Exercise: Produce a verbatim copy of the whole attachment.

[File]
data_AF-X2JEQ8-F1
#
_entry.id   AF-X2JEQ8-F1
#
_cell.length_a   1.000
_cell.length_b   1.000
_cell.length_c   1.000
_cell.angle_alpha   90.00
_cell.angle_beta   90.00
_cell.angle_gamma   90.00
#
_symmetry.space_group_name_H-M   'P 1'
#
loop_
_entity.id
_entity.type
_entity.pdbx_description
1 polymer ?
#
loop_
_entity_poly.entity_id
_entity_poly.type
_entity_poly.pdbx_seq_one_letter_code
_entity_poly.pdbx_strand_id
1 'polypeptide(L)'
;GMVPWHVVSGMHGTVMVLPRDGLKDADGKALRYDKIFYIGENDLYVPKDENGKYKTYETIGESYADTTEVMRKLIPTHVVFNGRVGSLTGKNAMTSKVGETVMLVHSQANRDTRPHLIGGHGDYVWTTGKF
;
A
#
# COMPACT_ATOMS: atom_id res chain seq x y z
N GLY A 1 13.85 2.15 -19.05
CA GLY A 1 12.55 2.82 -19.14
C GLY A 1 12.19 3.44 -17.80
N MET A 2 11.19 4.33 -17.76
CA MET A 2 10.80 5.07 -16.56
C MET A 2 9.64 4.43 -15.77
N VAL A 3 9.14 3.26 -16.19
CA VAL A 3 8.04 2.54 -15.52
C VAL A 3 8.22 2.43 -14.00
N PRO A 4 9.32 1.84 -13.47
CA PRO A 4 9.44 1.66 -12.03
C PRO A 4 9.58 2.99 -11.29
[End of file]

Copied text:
data_AF-X2JEQ8-F1
#
_entry.id   AF-X2JEQ8-F1
#
_cell.length_a   1.000
_cell.length_b   1.000
_cell.length_c   1.000
_cell.angle_alpha   90.00
_cell.angle_beta   90.00
_cell.angle_gamma   90.00
#
_symmetry.space_group_name_H-M   'P 1'
#
loop_
_entity.id
_entity.type
_entity.pdbx_description
1 polymer ?
#
loop_
_entity_poly.entity_id
_entity_poly.type
_entity_poly.pdbx_seq_one_letter_code
_entity_poly.pdbx_strand_id
1 'polypeptide(L)'
;GMVPWHVVSGMHGTVMVLPRDGLKDADGKALRYDKIFYIGENDLYVPKDENGKYKTYETIGESYADTTEVMRKLIPTHVVFNGRVGSLTGKNAMTSKVGETVMLVHSQANRDTRPHLIGGHGDYVWTTGKF
;
A
#
# COMPACT_ATOMS: atom_id res chain seq x y z
N GLY A 1 13.85 2.15 -19.05
CA GLY A 1 12.55 2.82 -19.14
C GLY A 1 12.19 3.44 -17.80
N MET A 2 11.19 4.33 -17.76
CA MET A 2 10.80 5.07 -16.56
C MET A 2 9.64 4.43 -15.77
N VAL A 3 9.14 3.26 -16.19
CA VAL A 3 8.04 2.54 -15.52
C VAL A 3 8.22 2.43 -14.00
N PRO A 4 9.32 1.84 -13.47
CA PRO A 4 9.44 1.66 -12.03
C PRO A 4 9.58 2.99 -11.29